Chuck Norris Roundhouse Kicks Feds Over Gibson Raids
There used to be a street named after Chuck Norris, but it was changed because nobody crosses Chuck Norris and lives.
It's ironic that the only man willing to stand up to the law is Walker, Texas Ranger.
"Armed federal agents raided the offices and factories of the legendary Gibson Guitar Corp.," Norris writes. "It was the second time the feds had ransacked the renowned Tennessee guitar-maker since President Barack Obama took office. And what were they going after? Dirty laundering monies? Gun smugglers? Cocaine cargo that could make cartels quiver? No. The federal search and seizure sought to capture ... ready? Wood."
Norris goes on to discuss the Lacey Act, which was signed by President William McKinley on May 25, 1900.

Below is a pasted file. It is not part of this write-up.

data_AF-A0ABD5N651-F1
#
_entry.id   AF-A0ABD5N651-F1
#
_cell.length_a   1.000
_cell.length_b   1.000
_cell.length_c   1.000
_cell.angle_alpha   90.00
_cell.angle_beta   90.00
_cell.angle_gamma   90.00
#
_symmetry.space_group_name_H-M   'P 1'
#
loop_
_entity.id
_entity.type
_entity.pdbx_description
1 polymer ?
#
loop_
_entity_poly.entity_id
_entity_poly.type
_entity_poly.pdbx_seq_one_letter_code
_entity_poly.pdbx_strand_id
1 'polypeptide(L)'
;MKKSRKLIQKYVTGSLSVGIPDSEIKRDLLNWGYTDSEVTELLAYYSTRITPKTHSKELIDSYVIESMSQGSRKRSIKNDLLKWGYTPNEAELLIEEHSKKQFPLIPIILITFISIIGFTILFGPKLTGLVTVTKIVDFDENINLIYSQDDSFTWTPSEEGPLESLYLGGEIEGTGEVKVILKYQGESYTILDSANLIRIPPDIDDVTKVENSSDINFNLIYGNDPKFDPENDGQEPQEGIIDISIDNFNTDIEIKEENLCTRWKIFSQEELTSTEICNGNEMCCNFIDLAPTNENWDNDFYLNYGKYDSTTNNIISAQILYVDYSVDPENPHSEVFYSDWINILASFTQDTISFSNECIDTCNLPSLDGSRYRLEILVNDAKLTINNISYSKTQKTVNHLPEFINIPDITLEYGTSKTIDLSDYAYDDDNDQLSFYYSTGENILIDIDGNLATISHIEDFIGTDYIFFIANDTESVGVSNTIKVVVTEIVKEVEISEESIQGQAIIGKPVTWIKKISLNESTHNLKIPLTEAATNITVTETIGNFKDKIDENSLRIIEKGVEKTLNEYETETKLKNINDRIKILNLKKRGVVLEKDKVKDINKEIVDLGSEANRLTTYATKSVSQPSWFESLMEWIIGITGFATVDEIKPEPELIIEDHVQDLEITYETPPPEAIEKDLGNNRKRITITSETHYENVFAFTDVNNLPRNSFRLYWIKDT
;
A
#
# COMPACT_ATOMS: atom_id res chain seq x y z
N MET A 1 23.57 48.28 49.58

"Initially, the act was adopted to prevent big-game poachers from killing endangered birds in Africa, particularly to regulate trade in feathered hats. It was later expanded and amended to include endangered plants and illegalize the importing of all forms of fauna and flora, including wood, which was added to the act just three years ago.
"So what was Gibson Guitar's specific crime?" he asks.
To find out -- and to see how Fox News and the feds fit into all this, read the rest of Norris' column here.
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